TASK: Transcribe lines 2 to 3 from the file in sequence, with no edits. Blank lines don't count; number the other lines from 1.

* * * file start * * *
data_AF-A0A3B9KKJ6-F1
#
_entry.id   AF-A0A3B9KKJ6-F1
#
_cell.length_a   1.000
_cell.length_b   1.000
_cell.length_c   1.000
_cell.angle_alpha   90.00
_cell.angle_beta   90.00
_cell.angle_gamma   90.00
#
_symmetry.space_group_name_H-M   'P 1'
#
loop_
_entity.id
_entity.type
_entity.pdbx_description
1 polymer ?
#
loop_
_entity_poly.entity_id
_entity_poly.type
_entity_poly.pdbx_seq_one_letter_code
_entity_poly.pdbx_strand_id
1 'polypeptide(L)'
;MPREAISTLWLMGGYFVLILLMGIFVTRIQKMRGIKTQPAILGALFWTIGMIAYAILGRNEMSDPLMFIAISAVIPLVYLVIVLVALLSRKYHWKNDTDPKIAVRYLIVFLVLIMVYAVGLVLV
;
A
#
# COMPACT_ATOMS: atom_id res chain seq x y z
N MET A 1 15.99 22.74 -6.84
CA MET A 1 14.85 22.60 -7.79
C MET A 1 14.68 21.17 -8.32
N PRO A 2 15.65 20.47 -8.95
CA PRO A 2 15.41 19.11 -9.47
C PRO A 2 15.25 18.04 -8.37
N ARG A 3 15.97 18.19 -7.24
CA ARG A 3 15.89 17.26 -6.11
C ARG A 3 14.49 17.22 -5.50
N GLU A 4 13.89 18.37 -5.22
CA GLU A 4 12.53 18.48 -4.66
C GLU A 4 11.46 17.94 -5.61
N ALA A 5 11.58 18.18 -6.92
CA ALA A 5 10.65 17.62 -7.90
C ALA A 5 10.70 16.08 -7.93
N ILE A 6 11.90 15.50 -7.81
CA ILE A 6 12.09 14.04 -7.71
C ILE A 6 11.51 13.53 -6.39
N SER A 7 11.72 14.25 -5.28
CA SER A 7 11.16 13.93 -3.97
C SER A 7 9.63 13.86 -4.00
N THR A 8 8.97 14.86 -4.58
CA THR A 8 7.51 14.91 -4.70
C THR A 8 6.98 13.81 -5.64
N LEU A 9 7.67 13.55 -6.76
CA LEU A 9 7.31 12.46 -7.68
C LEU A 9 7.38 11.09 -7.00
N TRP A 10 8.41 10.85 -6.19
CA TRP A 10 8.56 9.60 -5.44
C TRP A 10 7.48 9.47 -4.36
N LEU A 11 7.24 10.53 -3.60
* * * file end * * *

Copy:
#
_entry.id   AF-A0A3B9KKJ6-F1